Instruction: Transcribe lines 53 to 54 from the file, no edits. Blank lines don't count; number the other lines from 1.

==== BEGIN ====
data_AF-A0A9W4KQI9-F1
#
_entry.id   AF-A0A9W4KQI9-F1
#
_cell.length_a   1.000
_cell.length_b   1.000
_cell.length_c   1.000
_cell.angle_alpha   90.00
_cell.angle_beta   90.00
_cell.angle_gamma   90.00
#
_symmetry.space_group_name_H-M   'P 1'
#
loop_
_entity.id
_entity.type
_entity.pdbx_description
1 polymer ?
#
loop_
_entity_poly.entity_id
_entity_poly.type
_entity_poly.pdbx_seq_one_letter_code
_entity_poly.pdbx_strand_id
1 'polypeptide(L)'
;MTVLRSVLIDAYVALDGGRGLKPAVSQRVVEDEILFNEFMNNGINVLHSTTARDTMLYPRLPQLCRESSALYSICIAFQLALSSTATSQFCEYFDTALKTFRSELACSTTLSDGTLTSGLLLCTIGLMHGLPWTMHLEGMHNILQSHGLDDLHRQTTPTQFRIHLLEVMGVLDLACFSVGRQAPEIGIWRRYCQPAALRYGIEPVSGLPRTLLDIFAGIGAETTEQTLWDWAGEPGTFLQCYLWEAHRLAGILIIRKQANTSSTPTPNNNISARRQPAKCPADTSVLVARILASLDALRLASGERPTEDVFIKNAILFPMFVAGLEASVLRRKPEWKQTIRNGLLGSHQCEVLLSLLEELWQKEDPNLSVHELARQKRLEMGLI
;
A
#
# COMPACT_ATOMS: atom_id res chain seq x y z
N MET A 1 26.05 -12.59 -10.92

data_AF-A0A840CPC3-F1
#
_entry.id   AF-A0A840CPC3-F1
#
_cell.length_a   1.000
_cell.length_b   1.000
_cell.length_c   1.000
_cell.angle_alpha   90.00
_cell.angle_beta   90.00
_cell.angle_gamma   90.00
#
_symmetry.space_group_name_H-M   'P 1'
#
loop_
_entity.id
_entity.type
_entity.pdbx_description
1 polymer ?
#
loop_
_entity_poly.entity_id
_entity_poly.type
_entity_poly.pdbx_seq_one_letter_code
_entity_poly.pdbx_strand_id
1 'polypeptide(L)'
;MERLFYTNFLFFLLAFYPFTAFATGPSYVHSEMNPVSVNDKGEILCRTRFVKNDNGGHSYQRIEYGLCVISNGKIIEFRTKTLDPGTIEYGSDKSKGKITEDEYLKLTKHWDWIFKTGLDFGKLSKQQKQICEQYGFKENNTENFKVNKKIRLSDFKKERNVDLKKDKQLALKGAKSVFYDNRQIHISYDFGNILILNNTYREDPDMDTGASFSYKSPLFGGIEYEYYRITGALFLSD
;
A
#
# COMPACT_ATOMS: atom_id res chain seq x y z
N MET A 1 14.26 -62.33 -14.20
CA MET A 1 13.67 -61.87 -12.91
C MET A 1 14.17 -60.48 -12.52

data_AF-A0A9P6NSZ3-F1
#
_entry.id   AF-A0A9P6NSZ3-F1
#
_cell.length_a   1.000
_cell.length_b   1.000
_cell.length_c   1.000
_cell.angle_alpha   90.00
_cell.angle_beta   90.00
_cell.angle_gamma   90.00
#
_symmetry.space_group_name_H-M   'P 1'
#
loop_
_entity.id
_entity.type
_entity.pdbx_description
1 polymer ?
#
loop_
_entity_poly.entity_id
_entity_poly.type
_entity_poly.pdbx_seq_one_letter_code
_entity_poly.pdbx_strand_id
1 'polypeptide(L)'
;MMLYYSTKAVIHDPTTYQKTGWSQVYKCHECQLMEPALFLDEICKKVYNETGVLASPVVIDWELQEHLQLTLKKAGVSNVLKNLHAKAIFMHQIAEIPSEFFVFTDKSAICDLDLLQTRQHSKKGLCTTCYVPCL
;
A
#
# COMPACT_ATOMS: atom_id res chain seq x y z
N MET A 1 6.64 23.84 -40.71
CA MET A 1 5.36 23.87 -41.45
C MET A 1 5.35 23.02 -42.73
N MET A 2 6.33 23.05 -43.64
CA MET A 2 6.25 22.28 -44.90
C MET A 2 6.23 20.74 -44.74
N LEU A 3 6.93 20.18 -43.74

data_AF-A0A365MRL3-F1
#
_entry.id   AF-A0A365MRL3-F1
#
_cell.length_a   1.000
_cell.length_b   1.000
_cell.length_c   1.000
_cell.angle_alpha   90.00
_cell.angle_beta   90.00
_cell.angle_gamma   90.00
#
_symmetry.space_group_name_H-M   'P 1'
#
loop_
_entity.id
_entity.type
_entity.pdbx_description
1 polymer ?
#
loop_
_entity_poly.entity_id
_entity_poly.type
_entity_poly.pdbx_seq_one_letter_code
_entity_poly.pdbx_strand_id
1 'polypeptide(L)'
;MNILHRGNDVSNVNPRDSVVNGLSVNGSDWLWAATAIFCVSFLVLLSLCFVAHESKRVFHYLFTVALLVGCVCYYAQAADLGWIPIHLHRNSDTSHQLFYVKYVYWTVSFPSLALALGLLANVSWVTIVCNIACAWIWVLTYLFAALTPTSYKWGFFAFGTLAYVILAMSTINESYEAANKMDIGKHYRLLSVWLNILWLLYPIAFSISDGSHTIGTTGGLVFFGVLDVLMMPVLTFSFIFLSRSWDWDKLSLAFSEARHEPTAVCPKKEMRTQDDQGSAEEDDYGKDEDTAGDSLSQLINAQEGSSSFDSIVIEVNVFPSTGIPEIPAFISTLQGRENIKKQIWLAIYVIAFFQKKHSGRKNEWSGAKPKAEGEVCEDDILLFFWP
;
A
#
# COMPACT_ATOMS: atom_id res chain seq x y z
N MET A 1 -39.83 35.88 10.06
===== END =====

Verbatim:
_entity_poly.type
_entity_poly.pdbx_seq_one_letter_code